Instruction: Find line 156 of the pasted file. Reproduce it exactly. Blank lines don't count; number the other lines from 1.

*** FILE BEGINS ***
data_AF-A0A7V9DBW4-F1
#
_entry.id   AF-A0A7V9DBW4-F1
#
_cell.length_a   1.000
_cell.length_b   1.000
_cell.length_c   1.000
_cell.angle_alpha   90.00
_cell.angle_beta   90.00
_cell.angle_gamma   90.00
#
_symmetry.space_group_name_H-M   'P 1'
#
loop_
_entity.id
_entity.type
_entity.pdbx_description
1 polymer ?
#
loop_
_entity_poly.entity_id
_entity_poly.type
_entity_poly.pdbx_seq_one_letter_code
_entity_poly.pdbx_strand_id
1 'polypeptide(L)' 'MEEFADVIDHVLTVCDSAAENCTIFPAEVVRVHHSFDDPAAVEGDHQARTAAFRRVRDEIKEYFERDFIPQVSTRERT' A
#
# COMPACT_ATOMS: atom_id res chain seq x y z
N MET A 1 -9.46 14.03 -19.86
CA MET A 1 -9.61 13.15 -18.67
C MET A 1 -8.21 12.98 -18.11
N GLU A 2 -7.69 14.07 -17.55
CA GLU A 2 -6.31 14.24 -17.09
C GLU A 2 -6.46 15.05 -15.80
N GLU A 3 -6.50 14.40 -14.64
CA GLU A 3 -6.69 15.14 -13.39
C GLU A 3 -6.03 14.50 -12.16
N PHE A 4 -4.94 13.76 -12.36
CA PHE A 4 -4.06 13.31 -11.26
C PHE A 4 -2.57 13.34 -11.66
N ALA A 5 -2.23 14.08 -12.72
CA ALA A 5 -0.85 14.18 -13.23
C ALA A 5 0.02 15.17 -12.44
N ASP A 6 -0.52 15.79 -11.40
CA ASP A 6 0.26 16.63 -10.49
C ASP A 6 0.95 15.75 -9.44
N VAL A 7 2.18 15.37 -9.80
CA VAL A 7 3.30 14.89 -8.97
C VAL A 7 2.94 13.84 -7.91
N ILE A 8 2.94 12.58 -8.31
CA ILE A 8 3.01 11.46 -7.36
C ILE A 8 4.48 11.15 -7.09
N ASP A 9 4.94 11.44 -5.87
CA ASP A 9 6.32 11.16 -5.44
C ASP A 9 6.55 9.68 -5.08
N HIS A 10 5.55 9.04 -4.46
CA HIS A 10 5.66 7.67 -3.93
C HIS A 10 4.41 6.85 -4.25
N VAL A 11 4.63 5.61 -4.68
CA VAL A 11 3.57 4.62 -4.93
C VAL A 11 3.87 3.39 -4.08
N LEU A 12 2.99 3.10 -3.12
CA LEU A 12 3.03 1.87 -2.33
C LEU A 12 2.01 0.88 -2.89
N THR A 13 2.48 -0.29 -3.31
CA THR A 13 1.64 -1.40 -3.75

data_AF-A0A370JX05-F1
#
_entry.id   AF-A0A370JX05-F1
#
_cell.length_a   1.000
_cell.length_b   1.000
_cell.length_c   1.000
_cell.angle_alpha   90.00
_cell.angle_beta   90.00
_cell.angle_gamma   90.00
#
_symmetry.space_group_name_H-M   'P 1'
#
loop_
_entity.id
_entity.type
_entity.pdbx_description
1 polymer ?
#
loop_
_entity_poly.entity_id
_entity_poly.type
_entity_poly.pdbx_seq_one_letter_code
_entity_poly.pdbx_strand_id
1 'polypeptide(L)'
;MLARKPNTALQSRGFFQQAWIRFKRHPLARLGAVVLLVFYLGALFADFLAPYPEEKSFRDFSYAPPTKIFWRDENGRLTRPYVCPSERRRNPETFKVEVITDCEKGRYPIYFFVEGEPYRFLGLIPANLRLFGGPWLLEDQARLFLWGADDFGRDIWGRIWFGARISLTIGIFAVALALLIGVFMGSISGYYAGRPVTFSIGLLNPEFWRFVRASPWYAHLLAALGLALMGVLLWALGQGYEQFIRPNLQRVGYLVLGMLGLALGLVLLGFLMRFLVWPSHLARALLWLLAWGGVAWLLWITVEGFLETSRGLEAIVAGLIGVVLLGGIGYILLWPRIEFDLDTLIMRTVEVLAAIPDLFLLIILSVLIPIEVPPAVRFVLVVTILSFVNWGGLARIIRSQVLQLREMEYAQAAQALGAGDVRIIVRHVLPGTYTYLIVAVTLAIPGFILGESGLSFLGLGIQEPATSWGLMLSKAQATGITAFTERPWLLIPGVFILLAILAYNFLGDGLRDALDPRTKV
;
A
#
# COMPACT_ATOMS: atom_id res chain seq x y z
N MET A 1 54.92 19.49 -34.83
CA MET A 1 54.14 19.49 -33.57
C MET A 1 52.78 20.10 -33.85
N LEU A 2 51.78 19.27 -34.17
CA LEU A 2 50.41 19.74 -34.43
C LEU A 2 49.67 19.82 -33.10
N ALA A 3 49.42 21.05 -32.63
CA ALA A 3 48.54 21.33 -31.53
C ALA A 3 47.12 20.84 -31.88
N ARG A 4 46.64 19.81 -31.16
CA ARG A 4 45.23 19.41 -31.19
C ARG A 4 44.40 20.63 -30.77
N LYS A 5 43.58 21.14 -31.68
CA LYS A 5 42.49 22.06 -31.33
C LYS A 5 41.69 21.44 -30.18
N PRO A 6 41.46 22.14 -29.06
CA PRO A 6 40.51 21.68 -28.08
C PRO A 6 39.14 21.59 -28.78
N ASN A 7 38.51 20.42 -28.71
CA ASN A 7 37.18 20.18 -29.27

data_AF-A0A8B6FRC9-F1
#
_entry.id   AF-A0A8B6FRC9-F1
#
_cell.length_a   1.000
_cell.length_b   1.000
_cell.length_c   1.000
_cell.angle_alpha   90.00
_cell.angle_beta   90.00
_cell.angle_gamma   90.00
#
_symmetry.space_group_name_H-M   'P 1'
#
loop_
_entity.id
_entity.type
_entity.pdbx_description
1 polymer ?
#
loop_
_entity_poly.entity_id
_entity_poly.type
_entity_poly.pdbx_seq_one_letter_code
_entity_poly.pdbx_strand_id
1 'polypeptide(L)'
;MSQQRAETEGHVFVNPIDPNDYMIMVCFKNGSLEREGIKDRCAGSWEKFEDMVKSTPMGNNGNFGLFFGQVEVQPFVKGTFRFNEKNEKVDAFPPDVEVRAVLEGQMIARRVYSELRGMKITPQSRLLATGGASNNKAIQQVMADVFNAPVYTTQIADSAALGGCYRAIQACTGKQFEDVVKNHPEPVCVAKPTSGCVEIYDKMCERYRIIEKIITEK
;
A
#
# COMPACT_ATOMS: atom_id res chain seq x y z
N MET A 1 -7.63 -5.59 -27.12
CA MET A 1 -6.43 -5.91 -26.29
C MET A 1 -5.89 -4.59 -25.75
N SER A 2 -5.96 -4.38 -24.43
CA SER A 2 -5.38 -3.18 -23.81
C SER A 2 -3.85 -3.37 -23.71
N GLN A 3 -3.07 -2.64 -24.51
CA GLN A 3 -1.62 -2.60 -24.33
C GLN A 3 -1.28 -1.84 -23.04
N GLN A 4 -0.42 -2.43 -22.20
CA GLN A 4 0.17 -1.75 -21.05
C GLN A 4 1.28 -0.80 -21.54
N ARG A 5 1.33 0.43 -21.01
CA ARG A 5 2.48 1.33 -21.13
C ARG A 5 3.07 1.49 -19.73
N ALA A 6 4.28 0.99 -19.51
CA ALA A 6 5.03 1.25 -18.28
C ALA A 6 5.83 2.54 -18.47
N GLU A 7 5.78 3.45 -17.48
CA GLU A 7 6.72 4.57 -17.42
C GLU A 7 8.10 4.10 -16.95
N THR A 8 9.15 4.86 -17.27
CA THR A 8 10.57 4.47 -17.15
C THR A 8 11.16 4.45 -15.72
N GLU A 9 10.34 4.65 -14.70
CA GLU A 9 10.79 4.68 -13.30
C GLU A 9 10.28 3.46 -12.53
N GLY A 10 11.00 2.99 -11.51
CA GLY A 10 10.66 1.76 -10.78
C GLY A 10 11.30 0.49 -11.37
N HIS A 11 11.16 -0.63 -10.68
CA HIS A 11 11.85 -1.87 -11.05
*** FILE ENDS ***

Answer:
CA GLN A 4 0.17 -1.75 -21.05